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And keep in mind while you start the day with 2, you can only recover 1 by refocusing during the day until you pick up the Lvl 12 feat Inspirational Focus. So don't plan on using 2 every combat. Maybe plan on one per combat assuming you can get the rest in and saving the 2nd point for emergencies or the final fight of the day etc.


Weapons with the trip trait allow you to use them without a free hand. The war flail for instance is pretty deadly.


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Quandary wrote:
But it's fine for ability to also refer to itself as plural attacks?

Yes, one abilities come in all shapes and sizes. They can be:

Multiple attacks for a single action (eg Hunted Shot)
Multiple attacks for multiple actions actions (Double Slice)
Single attack for a single action (Exacting Strike)
Single attack for multiple actions (Intimidating Strike)

Each ability that involves multiple attacks tells you how to apply MAP.

If Swipe couldn’t attack two creatures at the highest attack bonus then it would be a waste of a feat, because it would be no different then using two single action strikes.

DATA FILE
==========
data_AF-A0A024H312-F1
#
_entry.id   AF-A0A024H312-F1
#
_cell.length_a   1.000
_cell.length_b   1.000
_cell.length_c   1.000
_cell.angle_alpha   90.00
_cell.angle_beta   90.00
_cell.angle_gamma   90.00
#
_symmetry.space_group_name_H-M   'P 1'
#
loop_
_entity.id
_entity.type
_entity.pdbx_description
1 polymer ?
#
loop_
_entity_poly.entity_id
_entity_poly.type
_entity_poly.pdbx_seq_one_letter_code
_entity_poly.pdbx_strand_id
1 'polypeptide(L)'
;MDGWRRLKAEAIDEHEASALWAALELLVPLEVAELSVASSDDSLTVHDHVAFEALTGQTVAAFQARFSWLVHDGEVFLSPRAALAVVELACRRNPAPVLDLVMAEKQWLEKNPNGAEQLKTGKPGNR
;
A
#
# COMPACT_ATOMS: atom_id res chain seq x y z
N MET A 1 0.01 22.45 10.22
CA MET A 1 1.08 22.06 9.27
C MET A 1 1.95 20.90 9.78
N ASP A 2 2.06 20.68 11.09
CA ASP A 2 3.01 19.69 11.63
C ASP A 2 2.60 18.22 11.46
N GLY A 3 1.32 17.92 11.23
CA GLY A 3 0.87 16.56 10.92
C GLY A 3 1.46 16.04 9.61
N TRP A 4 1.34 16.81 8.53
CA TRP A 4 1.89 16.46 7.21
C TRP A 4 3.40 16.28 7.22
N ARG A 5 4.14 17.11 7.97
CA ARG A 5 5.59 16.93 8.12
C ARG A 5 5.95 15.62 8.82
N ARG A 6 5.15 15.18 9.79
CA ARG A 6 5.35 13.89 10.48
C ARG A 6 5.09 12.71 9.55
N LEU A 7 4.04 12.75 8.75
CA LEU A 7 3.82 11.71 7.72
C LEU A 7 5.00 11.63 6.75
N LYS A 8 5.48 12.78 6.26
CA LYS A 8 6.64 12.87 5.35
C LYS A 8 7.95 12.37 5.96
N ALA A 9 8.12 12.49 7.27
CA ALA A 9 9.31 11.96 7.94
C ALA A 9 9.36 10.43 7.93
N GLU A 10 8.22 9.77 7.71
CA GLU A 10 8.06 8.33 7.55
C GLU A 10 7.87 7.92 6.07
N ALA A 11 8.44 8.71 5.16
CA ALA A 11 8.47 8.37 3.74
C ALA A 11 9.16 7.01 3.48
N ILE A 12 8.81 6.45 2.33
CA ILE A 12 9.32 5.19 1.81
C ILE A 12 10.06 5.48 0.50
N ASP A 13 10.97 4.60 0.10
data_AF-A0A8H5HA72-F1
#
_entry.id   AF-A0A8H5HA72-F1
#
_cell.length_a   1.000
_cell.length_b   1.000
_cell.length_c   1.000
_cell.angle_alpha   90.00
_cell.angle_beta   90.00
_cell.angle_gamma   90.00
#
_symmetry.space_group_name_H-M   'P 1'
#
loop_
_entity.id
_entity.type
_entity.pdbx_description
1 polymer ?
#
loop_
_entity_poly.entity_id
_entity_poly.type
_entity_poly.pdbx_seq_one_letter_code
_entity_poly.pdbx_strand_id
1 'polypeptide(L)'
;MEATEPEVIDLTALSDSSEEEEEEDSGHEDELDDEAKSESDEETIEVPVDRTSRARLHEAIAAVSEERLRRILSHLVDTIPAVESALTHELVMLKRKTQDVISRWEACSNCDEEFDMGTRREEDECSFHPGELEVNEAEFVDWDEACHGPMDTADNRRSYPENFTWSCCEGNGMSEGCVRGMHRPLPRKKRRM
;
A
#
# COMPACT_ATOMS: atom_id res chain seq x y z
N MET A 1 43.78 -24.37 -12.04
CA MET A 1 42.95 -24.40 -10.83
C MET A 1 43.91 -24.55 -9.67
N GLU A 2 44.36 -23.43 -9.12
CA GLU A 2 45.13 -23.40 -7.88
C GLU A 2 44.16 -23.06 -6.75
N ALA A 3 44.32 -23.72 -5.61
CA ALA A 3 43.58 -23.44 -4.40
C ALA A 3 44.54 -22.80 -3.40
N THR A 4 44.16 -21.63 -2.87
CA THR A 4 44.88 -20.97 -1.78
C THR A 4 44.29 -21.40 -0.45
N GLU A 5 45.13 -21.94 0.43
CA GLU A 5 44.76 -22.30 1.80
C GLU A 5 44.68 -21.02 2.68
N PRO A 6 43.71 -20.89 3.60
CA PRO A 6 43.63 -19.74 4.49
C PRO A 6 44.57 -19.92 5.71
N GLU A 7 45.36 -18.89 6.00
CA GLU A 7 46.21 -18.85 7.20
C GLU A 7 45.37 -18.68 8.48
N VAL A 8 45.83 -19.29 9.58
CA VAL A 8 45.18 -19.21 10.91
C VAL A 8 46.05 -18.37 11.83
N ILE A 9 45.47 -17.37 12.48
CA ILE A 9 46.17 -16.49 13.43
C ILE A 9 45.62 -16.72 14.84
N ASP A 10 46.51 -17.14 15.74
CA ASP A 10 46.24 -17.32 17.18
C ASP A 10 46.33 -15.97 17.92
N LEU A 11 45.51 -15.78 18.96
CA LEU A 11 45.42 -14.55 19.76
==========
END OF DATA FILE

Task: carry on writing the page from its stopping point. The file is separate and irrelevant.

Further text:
The wording on this feat is very clear.


Look at Power Attack:

CRB 144 wrote:
You unleash a particularly powerful attack that clobbers your foe but leaves you a bit unsteady. Make a melee Strike. This counts as two attacks when calculating your multiple attack penalty. If this Strike hits, you deal an extra die of weapon damage. If you’re at least 10th level, increase this to two extra dice, and if you’re at least 18th level, increase it to three extra dice.

Power Attack is a single hit but counts as two attacks for MAP (which can be adjusted to one by a later feat).

Swipe has the same wording. You roll once and apply that roll for 2 attacks. But now if you use your third action to attack it’s at -10 (-8 if agile) just like if you had used power attack.

So yes, true strike can be used for swipe. It can be used for power attack or a 2 action spell like Disintegrate. It’s a very handy 1st level spell but you can’t use it all day because of limited spell slots.


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Your alchemist sounds like a jack of all trades. You’ll have the chance of doing anything but you’ll struggle to reach the high lvl DCs without the luck of the die. When you need a 12 on the die to succeed but the legendary skilled character can succeed on a 6 and crit on a 16 you’ll be wondering if maybe you should have specialised more.